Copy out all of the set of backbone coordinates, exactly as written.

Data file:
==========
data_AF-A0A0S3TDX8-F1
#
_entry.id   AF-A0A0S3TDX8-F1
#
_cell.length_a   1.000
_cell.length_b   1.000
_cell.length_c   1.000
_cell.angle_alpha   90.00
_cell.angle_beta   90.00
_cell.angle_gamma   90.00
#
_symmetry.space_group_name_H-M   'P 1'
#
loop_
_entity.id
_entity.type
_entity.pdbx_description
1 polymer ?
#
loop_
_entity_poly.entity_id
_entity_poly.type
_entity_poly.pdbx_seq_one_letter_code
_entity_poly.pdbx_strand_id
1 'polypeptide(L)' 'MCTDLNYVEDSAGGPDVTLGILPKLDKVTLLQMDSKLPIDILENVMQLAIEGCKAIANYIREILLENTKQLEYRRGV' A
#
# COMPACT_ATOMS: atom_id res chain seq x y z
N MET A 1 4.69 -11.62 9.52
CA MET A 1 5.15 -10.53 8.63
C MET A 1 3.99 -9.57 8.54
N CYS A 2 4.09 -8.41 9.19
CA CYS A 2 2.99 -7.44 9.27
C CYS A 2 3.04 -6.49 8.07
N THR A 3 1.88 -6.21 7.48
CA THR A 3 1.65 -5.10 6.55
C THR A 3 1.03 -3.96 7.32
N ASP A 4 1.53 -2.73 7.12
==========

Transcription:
data_AF-A0A0S3TDX8-F1
#
_entry.id   AF-A0A0S3TDX8-F1
#
_cell.length_a   1.000
_cell.length_b   1.000
_cell.length_c   1.000
_cell.angle_alpha   90.00
_cell.angle_beta   90.00
_cell.angle_gamma   90.00
#
_symmetry.space_group_name_H-M   'P 1'
#
loop_
_entity.id
_entity.type
_entity.pdbx_description
1 polymer ?
#
loop_
_entity_poly.entity_id
_entity_poly.type
_entity_poly.pdbx_seq_one_letter_code
_entity_poly.pdbx_strand_id
1 'polypeptide(L)' 'MCTDLNYVEDSAGGPDVTLGILPKLDKVTLLQMDSKLPIDILENVMQLAIEGCKAIANYIREILLENTKQLEYRRGV' A
#
# COMPACT_ATOMS: atom_id res chain seq x y z
N MET A 1 4.69 -11.62 9.52
CA MET A 1 5.15 -10.53 8.63
C MET A 1 3.99 -9.57 8.54
N CYS A 2 4.09 -8.41 9.19
CA CYS A 2 2.99 -7.44 9.27
C CYS A 2 3.04 -6.49 8.07
N THR A 3 1.88 -6.21 7.48
CA THR A 3 1.65 -5.10 6.55
C THR A 3 1.03 -3.96 7.32
N ASP A 4 1.53 -2.73 7.12